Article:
"English news channels often have a portion where people choose to express themselves in Hindi because it captures what they're trying to say better than the English equivalent, so it's increasingly important for British diplomats to be able to appreciate the nuances," he added.

The move was welcomed by Gillian Wright, the Delhi-based author and Hindi and Urdu scholar, who said she believed it was impossible for anyone to understand India without grasping its languages.

"It adds another degree of understanding when you can converse with people in a language closer to them," she said.


Indian general assassination attempt 'a message from Sikh separatists'


The assassination attempt on an Indian general in London was a message from Sikh terrorists announcing a revived campaign to establish an independent Sikh state in Punjab, according to Indian intelligence officials.

Lt. Gen Kuldeep Singh Brar was held by two of the men while a third tried to cut his throat. Photo: AP
3:15PM BST 03 Oct 2012

Lt. Gen Kuldeep Singh Brar, who commanded Operation Blue Star to clear Sikh militants from the Golden Temple in 1984, was attacked by four bearded men at Oxford Circus on Sunday night in what he and other Sikh groups said was a revenge attack. He was held by two of the men while a third tried to cut his throat.

Several Sikh organisations, including the Siromani Gurdwara Parbandhak Committee which manages the Golden Temple, declined to condemn the attempt on his life and said it reflected the hatred and desire for revenge many Sikhs still feel for his role in the assault which left just under 500 people dead.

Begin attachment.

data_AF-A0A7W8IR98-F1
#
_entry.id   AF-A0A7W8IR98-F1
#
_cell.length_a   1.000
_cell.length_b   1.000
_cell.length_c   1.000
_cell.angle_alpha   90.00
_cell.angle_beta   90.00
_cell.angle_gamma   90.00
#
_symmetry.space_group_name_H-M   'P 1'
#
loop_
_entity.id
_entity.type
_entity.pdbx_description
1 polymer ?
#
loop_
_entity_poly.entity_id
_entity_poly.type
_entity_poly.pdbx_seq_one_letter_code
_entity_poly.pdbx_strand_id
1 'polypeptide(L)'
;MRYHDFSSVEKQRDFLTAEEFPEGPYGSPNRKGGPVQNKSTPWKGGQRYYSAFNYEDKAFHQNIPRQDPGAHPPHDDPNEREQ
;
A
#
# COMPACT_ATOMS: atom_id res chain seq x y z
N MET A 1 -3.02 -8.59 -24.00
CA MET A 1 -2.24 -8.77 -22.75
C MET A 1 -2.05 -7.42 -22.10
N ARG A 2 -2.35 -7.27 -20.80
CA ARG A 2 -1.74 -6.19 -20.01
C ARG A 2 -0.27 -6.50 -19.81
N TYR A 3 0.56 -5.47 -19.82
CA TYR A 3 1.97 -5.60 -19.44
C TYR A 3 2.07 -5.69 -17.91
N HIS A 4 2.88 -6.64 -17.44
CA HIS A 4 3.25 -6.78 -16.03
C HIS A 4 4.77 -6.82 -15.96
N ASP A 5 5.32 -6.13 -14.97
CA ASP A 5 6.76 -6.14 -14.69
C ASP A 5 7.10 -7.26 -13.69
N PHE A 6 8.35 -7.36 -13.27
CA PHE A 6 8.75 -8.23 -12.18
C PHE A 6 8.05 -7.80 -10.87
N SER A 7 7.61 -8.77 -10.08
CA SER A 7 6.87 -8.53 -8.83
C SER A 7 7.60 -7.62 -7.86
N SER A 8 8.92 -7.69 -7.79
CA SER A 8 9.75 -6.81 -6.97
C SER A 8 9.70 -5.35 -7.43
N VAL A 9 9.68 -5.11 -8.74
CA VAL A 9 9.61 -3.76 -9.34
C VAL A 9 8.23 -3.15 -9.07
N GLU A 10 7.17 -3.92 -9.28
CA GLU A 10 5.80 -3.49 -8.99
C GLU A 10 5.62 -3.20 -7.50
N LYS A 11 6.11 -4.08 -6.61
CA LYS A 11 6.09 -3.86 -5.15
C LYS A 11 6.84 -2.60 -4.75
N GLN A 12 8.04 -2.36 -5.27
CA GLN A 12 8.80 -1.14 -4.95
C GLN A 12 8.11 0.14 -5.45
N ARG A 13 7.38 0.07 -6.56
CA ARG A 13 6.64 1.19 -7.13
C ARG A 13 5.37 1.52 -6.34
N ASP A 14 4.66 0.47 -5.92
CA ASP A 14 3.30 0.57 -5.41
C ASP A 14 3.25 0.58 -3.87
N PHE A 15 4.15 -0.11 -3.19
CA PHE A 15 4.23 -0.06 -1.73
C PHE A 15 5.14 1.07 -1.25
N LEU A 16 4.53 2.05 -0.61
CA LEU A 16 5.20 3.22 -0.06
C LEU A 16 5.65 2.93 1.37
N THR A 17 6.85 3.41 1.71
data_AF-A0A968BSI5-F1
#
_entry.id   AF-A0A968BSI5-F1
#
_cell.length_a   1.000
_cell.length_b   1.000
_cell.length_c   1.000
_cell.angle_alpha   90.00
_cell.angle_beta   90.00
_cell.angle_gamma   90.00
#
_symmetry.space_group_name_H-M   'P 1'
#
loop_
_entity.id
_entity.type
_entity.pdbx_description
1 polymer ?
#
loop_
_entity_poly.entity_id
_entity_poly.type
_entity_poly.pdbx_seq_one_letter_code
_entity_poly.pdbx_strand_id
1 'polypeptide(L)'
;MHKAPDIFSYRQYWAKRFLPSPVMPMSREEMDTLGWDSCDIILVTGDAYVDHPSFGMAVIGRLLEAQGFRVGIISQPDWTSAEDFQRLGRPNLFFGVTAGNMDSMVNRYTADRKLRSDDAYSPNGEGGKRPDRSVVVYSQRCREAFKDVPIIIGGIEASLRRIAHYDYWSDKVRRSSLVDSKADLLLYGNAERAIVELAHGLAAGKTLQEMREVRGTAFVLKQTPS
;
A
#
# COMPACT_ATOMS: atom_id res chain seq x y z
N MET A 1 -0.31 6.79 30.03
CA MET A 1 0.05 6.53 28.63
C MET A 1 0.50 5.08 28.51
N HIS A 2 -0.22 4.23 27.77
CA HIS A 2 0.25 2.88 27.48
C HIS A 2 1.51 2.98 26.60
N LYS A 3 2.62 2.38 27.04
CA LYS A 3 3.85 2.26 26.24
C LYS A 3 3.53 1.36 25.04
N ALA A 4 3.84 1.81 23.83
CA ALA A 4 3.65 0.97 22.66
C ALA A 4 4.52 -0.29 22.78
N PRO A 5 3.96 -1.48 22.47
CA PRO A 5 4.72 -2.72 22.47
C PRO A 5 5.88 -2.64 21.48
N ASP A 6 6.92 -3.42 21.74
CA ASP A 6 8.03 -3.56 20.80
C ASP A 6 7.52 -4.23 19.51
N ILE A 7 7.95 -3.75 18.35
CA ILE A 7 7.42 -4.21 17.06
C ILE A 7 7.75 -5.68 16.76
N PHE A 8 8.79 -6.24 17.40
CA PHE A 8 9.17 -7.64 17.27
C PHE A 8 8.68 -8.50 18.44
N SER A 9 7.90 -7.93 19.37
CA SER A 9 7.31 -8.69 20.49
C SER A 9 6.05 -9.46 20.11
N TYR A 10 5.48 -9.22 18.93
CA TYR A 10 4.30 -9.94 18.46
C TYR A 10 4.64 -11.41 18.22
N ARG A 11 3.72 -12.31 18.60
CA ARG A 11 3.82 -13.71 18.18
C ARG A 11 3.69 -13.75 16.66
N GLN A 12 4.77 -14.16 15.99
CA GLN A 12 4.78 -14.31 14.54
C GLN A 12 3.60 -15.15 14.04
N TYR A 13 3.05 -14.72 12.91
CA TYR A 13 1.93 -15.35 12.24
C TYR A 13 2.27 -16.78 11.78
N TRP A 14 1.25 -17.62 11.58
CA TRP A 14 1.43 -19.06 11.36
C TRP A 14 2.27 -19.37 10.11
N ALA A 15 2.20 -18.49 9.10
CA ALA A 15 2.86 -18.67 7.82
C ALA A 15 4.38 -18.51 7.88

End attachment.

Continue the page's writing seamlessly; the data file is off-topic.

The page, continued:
But in a series of briefings to Indian newspapers, intelligence sources said the attack was also a statement by a number of Sikh militant groups active overseas, including Babbar Khalsa International and the International Sikh Youth Federation, both strong and active in Britain and Canada, that they still have the power to strike and that their commitment to an independent Sikh state has not faded. They said these groups had particularly strong bases in Birmingham and Wolverhampton.

India has raised these concerns with Britain, Canada, Germany and Belgium and has worked closely with their intelligence agencies to protect senior Indian politicians, officials and military figures during visits to London. Threat assessments were made in the run up to the London Olympics in August which indicated a number of Indian public figures were at risk of attack from Sikh militants based in Britain. Officials believe attacks are planned from exiled militants in Canada and Germany but funded from groups in Britain.

The Times of India claimed one intelligence officer had criticised Britain for not doing enough to stop groups like Babbar Khalsa International from reviving their terrorist operations.

"We have been receiving reports of BKI activity for three months and have been in touch with our Western counterparts. It is possible the attack on General Brar was sponsored by radicals based across the English channels," the Hindustan Times quoted an Indian intelligence official saying.

A British source said while there had been discussions about threats of attacks on senior Indian figures in London during the Olympics from Sikh separatist groups, there was no suggestions of a significant revival in Sikh terrorist operations in Britain.

Former senior Indian intelligence official B. Raman said he was not convinced the attack on Lt-Gen Brar indicated a revived militant Sikh terror campaign.

"The Sikhs and the Khalistanis have very long memories. For decades they will not forget. Sikh terrorism is not necessarily making a resurgence in the UK. People are still angry with those involved in Operation Blue Star. They came to know he was in London and attacked him in retaliation for Blue Star. It could be individuals or terrorists in resurgence. We don't know," he said.